iOS to Android: Slide In Animations

Photo by Masakaze Kawakami on Unsplash

Porting an iOS app to Android means frequently translating between the divergent UI paradigms of the two operating systems.  Both platforms encourage developers to follow certain interface guidelines, but clients sometimes prefer replicating a familiar interface.  Thankfully, Android offers fairly deep customization.

For one port, the Android app needed to use the same view transition animation as its iOS counterpart.

On iOS, the standard navigation stack defaults to animating a detail page transition (called by [UINavigationController  pushViewController:detailController animated:YES]) by sliding the detail view in from the right, and the root view out to the left.  Navigating back to the root view ([UINavigationController popViewControllerAnimated:YES]) reverses the animation, sliding the detail view out to the right and the root view in from the left.

On Android, the same transition (handled through a FragmentTransaction) defaults to a zoom animation, or sometimes a slide up animation.  How can Android mimic iOS’ transition animation?

Java code

Android’s FragmentTransaction class includes methods to specify the animations, which themselves are defined in XML files.  The Java code is fairly simple:

FragmentTransaction transaction =
   getSupportFragmentManager().beginTransaction();

transaction.setCustomAnimations(
   R.anim.slide_in_from_right, R.anim.slide_out_to_left,
   R.anim.slide_in_from_left, R.anim.slide_out_to_right);

transaction.replace(R.id.container, fragment);
transaction.addToBackStack(null);

transaction.setTransition(FragmentTransaction.TRANSIT_FRAGMENT_OPEN);
transaction.commit();

The key here is to call setCustomAnimations with four separate animation files (or, to be more exact, with four resource ID integers representing the animation files).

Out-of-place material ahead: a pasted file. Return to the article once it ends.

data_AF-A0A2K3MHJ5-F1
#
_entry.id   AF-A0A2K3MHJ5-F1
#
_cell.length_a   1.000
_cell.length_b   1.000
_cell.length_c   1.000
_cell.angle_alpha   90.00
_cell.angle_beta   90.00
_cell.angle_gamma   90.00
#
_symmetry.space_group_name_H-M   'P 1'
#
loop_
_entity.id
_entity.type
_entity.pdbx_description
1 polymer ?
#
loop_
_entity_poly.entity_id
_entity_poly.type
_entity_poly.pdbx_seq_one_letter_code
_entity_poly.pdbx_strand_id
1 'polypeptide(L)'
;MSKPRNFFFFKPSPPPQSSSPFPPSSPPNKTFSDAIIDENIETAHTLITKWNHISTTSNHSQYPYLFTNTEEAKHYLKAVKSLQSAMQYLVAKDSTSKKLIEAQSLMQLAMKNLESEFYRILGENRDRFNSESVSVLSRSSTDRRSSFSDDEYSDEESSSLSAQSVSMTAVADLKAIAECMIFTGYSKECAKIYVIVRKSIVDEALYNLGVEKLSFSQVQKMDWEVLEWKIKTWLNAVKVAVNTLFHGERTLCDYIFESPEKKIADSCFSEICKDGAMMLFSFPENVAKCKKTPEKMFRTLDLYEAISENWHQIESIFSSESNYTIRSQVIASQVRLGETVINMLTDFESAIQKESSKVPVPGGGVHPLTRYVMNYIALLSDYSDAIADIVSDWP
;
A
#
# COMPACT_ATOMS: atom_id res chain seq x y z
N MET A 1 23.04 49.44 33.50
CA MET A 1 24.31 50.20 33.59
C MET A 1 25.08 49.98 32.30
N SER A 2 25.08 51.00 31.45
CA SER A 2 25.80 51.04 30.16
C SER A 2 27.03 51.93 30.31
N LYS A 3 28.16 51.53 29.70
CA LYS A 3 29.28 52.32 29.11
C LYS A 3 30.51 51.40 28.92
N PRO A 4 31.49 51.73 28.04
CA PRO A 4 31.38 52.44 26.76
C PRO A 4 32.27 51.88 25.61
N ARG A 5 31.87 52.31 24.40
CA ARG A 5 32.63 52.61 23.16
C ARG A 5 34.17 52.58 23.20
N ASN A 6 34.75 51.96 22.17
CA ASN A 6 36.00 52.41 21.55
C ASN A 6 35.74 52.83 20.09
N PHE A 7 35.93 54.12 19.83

The first two are used for pushing a detail view:

  1. animation for the detail view being presented
  2. animation for the root view being hidden (while the detail view is transitioning on screen)

The last two are used for popping a detail view:

  1. animation for the root view being brought back
  2. animation for the detail view being hidden (while the root view is transitioning on screen)

Animation XML

To fairly closely mimic the iOS transitions, the animation files need to specify a few attributes:

  • The interpolator, which defines the acceleration curve (e.g. linear, decelerate, etc.)
  • The duration, which defines how long the animation lasts
  • The translation X and Y values, which define where the view starts from and moves to

Here’s res/anim/slide_in_from_right.xml, used for presenting the detail view:

<?xml version="1.0" encoding="utf-8"?>
<set xmlns:android="http://schemas.android.com/apk/res/android"
   android:interpolator="@android:anim/decelerate_interpolator"
   android:shareInterpolator="true">

   <translate
         android:duration="@android:integer/config_shortAnimTime"
         android:fromXDelta="100%"